One of the highlights of a palace visit is watching the changing of the guard, which happens daily at noon in the courtyard of the palace.  Large crowds gather in a semi-circle to witness the ceremony, which includes a fleet of white-clad soldiers who march in various formations, salute each other, raise and lower their rifles and stand for inspection while a small military marching band plays a reveille.

Even though the current reigning Prince, Albert II, still resides in the palace with his family, some of the staterooms and apartments are opened in the summer for public viewing.  In fact, Albert provides the welcoming introduction to the audio guide.  Many of rooms on display are decorated and furnished in the styles of former French palaces.  There is a Mirror Gallery that is modeled after the Hall of Mirrors at Versailles, while a gold bedroom is named to reflect its inspiration–"King Louis XV Bedchamber".  The regal red Throne Room is where all state ceremonies are held and features portraits of former princes and dignitaries.  The modern and rather tacky family portrait of Prince Ranier III, his wife Princess Grace, their three children Albert, Caroline and Stéphanie, complete with family dog, seems out of place with the rest of the paintings.  It is interesting to note that although Ranier is the head of state, Grace seems to be the head of the household, since she clearly is the focus of the portrait.  Another point to ponder is why all the rest of the family are touching one another, but no one is touching Grace?
 

It was exciting to be able to walk along parts of the course of the Monaco Grand Prix race track and imagine the race cars speeding by.  Obviously many wealthy car owners were getting their vicarious thrills by driving through this course, as we spotted numerous Ferrari, Maserati, Lamborghini, Rolls Royce, Bentley and other luxury vehicles zoom by.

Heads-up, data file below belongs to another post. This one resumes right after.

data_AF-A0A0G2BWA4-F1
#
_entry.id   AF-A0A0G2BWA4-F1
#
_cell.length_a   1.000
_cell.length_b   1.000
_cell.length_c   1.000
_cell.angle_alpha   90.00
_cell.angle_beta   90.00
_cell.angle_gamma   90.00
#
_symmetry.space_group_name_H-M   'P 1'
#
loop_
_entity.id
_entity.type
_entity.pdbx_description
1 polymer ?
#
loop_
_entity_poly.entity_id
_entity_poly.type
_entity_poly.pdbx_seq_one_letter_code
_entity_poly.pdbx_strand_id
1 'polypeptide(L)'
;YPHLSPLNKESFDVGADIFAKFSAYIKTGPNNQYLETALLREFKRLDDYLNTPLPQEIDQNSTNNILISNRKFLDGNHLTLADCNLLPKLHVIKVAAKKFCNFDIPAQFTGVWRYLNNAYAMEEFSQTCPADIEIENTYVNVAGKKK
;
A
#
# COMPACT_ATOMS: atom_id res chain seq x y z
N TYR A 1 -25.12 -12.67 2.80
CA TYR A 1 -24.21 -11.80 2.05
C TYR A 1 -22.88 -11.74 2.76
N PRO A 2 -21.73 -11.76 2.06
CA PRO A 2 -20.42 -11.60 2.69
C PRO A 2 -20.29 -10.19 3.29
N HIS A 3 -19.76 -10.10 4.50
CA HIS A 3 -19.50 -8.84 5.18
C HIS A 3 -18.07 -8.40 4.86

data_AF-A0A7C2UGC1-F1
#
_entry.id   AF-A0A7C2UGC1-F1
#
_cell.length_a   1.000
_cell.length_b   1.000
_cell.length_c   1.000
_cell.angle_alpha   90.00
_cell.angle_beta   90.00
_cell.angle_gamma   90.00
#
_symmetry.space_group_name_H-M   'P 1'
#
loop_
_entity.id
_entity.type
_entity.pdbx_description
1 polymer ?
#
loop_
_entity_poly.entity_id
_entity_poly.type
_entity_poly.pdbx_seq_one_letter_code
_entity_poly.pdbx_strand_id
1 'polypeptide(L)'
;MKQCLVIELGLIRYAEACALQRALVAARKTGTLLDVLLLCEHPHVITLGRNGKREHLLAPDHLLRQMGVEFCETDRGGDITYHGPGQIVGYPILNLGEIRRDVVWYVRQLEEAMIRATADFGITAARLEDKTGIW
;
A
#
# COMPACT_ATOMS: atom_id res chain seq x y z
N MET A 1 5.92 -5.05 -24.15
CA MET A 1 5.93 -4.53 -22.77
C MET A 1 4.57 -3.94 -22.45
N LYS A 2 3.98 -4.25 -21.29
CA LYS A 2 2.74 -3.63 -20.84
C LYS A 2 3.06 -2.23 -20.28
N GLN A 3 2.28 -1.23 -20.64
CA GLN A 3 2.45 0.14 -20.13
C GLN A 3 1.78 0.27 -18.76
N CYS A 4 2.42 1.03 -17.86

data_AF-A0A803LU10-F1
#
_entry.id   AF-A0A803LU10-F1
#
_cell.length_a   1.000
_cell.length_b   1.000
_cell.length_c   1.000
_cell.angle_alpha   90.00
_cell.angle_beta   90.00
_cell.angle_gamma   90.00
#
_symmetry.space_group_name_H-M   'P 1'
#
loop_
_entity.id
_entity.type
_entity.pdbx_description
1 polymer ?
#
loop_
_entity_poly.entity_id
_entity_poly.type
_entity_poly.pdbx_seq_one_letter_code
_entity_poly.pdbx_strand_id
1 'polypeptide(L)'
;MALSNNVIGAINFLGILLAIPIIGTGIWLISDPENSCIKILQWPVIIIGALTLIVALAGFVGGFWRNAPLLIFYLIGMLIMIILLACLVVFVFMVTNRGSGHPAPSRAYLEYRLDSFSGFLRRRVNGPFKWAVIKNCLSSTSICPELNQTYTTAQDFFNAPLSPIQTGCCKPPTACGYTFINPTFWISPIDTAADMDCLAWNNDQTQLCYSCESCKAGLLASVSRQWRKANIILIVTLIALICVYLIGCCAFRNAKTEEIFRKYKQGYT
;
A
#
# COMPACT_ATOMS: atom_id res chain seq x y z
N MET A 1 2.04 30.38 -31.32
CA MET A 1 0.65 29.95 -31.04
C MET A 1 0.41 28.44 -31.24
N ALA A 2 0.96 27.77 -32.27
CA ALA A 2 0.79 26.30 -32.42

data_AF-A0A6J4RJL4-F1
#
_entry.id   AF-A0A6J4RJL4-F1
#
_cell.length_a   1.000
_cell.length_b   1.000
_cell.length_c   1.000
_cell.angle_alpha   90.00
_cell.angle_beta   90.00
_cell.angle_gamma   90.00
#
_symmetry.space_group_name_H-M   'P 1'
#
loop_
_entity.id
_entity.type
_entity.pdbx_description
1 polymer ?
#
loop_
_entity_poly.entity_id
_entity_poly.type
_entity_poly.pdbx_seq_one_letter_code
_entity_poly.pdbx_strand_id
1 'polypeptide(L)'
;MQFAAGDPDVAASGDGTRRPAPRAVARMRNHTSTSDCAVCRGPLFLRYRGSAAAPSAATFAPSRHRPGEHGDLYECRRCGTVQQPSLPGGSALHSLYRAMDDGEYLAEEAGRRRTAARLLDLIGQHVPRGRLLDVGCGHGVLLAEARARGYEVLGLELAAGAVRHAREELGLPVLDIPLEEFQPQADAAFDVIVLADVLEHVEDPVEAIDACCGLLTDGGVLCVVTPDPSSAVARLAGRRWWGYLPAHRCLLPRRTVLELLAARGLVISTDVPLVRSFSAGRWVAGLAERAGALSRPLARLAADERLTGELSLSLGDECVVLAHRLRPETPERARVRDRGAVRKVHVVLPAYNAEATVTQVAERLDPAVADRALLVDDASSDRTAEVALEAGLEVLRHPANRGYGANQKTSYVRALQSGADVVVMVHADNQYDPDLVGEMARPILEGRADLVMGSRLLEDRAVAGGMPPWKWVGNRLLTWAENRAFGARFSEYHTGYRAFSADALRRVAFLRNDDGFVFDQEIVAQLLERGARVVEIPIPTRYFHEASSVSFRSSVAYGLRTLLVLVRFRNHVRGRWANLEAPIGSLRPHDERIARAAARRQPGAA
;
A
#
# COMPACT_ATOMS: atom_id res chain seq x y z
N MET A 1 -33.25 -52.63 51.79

An art exposition for both professional and amateur local artists of Monaco was being held at the Ranier III Auditorium by the harbour.  It was actually quite difficult to find this building and we had to use the Google maps on our IPAD to track it down.  Once there, we saw some interesting works in various mediums including painting, photography and sculpture.  I particularly liked the sculpture of a pair of black stiletto-heeled open-toe sandals with multi-coloured paints dripping from the shoes down the stand on which the piece is displayed.  I like when a work of art leaks into its environment, similar to when artists extend their paintings onto the frame or the sides of the canvas.
 
While we were down by the harbour, we did some more gawking at luxury yachts.  We looked on with interest as a group of people seemed to be waiting and watching for one of these yachts to dock.  Also waiting was a long black stretch limo.  When the gangway lowered, a distinguished-looking well-tanned man walked off the ship, got into the limo and was driven away.  This gave us an up-close glimpse into the daily lives of the truly wealthy.

Visiting the stretch of Monte Carlo that is home to the Casino and Opera House makes you feel like you have stepped back into the Belle Epoch (like Owen Wilson did in the movie Paris in Midnight).  These two prestigious buildings were designed in 1879 by Charles Garnier, who also designed the Opéra Garnier in Paris.  Many of the restaurants and buildings in the area, such as the Hotel de Paris and the Cafe de Paris, blend right in with equally beautiful decor.

Our day spent in Monaco was a great way to top off our weekend road trip and allowed Rich to tick off another country from his bucket list.